5   &                                       &   \nee A                                                        &                               & (3, \nee \shoe) \\ [2em]
    6   &        \nee B           &                    &   C                                                & (3, \nee \shoe) \\ [2em] 
    7   &  \nee A   \hspace{0.5cm} B  & &  \nee A   \hspace {0.5cm}   B & (2, \shoe) \\ [2em]
};

    \draw [-] (-3,3) -- (-0.5, 2);
    \path[-]    (m-5-3.south) edge (m-6-2.north)
            (m-5-3.south) edge (m-6-4.north)
            (m-6-2.south) 

    \end{tikzpicture}

    \end{document}

The problem is that when there are more than 2 nodes, path no longer works and I have to draw by hand, which does not strike me as very efficient

Problem is, in the code below the tree inserts a vertical line before branching. Do you guys have any idea why?

    \documentclass[tikz,border=5pt]{standalone}
\usepackage{forest}

\def\shoe{$\supset$}
\def\nee{$\mathord{\sim}$}
\def\nein{$\neg$}
\def\lub{$\lor$}

\begin{document}
  \forestset{
    ass/.append style={
      before computing xy={l=\baselineskip},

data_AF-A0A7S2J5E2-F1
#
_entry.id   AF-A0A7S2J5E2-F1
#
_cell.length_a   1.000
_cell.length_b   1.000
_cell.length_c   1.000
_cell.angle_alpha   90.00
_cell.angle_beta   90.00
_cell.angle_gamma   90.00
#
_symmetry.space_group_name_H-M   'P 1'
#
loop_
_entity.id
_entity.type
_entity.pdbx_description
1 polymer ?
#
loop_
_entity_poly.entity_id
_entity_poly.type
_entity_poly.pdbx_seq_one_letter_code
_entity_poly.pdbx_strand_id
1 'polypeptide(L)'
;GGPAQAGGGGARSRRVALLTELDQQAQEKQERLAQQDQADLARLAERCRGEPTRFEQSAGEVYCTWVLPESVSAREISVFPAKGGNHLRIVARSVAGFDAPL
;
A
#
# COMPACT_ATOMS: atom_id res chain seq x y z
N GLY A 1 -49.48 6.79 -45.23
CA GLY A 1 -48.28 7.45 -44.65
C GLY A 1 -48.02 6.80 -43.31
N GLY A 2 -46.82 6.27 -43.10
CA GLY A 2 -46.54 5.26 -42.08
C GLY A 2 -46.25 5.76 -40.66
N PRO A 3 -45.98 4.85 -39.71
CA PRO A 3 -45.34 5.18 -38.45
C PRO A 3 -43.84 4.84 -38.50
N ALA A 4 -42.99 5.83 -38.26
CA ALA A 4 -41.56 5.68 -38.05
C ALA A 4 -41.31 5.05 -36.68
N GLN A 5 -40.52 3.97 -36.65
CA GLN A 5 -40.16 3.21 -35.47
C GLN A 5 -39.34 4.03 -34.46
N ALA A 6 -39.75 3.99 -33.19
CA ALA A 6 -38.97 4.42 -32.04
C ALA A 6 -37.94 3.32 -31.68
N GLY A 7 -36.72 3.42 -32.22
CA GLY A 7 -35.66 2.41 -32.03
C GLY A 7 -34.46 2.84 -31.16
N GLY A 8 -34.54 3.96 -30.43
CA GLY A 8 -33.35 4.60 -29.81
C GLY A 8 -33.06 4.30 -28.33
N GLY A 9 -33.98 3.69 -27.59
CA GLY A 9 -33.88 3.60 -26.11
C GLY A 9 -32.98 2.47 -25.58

no edge
    },
  }
  \begin{forest}
    for tree={
      parent anchor=south,
      child anchor=north,
      align=center,
    },
[(P \lub (G \& \nee D)) \& (P \shoe (\nee P \& (S \lub \nee Q), ass, name=n1
    [P \lub (G \& \nee D),ass, name=n2
    [P \shoe (\nee P \& (S \lub \nee Q)), ass, name=n3
        [[P
        [\hspace{0.005pt}, ass, name=n5
        [\hspace{0.05pt}, ass, name=n6
        [[\nee P, name=n7] 
        [\nee P \& (S \lub \nee G)
        [\nee P, ass, name=n8
        [S \lub \nee Q, ass, name=n9]]]]]]]
        [G \& \nee D, name=n4
        [G, ass 
        [\nee D, ass 
        [ [\nee P] 
        [\nee P \& (S \lub \nee G) 
        [\hspace{0.05pt}, ass
        [\hspace{0.05pt}, ass
        [\nee P, ass, name=n10
        [S \lub \nee Q, ass, name=n11
        [ [S,name=n12] [\nee Q]]]]]]]]]]]
    ]
    ]
    ]
    ]
    \foreach \i in {1,...,12}
      \node [xshift=-100pt, anchor=east] at (n\i -| n1) {\i.};
    \foreach \i/\j in {2/{(1, \&)}}